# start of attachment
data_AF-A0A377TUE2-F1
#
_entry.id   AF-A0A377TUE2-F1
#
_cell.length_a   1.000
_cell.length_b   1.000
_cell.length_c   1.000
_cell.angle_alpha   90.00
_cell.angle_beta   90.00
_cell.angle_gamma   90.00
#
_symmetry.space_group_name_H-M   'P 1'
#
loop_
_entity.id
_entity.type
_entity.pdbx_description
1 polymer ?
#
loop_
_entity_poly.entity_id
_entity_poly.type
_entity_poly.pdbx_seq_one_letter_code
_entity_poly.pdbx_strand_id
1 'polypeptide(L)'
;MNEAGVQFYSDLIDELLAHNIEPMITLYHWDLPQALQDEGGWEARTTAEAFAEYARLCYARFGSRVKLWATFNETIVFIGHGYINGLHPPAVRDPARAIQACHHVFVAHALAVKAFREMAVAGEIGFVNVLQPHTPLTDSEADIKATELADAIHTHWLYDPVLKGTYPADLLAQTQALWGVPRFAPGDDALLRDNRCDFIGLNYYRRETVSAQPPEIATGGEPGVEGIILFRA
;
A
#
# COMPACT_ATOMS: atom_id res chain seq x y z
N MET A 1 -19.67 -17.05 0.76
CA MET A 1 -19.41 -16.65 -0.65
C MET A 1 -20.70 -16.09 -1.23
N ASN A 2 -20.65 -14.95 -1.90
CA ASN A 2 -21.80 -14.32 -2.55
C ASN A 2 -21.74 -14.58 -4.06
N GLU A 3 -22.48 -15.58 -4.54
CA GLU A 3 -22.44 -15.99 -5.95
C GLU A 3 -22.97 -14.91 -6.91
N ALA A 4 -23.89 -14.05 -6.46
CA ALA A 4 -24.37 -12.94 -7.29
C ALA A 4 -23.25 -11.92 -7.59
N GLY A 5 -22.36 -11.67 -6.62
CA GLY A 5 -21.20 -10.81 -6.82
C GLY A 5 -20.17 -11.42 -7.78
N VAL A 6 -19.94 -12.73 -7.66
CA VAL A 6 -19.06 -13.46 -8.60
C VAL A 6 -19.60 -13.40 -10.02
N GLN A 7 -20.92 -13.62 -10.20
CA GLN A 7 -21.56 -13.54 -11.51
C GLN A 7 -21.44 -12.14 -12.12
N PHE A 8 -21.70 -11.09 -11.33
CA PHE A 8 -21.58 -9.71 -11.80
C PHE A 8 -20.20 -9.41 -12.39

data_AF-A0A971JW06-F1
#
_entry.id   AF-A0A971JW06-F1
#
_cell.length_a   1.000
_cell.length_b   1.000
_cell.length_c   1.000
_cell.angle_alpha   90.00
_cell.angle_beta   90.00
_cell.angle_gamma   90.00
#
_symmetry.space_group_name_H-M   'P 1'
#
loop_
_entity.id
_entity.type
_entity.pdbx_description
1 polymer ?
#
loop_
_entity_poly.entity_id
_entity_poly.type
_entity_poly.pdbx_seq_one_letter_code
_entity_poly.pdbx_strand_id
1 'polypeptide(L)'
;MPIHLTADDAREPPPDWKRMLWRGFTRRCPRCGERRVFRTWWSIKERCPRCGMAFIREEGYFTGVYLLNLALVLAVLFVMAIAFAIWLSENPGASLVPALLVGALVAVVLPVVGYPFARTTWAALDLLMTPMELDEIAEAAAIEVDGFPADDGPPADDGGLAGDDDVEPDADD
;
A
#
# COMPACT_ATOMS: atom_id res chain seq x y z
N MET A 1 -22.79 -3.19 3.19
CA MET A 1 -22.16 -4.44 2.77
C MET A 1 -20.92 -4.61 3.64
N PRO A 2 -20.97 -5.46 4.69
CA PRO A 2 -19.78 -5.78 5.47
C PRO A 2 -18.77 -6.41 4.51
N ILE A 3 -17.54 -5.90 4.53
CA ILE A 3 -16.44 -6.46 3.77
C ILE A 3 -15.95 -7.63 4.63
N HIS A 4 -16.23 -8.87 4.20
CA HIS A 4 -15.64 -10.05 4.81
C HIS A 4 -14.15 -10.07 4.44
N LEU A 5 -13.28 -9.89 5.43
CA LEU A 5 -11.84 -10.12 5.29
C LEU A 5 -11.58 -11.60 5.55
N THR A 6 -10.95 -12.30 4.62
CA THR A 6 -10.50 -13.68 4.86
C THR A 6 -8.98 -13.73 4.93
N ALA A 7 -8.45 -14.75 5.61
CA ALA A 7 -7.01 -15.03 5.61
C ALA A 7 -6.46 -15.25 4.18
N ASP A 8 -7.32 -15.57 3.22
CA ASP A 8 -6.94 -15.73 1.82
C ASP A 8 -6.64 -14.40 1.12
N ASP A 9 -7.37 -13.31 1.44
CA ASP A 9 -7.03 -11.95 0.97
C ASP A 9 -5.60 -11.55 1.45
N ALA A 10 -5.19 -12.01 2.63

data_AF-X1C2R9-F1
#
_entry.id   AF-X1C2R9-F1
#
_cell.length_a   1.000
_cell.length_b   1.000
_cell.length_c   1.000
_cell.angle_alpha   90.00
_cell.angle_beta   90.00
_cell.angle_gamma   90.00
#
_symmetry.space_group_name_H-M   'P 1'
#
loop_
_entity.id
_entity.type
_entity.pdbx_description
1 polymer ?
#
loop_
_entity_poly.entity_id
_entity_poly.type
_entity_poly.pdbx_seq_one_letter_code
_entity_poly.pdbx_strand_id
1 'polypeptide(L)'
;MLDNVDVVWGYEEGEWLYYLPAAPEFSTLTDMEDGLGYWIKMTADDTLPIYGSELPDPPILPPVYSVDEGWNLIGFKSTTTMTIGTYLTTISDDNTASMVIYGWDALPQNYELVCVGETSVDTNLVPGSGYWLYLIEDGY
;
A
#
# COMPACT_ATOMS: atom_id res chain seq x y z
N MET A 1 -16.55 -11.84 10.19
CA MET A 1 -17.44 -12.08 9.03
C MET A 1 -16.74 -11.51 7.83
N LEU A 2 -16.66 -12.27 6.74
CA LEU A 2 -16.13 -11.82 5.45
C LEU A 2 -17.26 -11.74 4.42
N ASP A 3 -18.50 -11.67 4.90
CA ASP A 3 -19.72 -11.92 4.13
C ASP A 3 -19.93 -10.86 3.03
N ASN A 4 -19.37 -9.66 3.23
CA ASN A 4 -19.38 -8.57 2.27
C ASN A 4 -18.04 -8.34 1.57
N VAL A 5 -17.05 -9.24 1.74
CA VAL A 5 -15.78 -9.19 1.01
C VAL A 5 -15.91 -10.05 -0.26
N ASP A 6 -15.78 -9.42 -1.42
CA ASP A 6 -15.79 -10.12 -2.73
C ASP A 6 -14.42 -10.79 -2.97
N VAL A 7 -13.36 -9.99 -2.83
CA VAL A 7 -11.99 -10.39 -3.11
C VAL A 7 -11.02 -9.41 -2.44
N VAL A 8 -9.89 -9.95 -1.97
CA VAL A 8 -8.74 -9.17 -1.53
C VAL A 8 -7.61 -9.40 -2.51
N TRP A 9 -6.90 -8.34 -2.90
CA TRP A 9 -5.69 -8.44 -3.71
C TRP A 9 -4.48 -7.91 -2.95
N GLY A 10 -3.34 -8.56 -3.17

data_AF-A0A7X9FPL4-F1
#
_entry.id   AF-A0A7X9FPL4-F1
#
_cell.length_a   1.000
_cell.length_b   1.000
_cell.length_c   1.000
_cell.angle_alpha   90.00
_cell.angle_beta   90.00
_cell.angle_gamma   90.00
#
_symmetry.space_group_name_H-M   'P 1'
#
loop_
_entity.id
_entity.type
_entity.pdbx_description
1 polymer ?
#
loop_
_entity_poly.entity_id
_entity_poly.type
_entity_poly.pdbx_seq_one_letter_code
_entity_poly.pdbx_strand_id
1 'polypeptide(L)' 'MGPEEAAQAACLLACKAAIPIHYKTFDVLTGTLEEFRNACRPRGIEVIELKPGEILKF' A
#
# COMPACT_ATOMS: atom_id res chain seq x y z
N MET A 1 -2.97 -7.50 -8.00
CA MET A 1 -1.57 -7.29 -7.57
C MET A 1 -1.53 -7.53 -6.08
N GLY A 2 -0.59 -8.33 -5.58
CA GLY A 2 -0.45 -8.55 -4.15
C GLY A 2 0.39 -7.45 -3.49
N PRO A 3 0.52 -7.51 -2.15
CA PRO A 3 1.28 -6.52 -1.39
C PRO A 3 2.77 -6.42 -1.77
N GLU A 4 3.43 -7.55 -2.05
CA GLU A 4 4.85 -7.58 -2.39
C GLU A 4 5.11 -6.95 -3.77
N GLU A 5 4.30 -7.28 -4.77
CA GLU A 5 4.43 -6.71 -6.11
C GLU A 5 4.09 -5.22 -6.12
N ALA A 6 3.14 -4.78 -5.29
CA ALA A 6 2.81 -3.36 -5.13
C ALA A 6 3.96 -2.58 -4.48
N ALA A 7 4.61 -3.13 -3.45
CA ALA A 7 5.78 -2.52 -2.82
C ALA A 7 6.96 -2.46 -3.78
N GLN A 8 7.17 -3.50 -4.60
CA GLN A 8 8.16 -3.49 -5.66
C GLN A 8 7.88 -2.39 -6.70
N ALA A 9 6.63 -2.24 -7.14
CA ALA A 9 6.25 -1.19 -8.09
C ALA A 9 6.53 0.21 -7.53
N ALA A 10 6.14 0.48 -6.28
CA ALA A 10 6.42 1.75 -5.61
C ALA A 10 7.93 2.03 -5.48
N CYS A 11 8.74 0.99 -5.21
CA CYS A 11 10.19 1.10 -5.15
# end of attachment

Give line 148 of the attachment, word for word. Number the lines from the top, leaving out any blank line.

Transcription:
C LEU A 2 -17.26 -11.74 4.42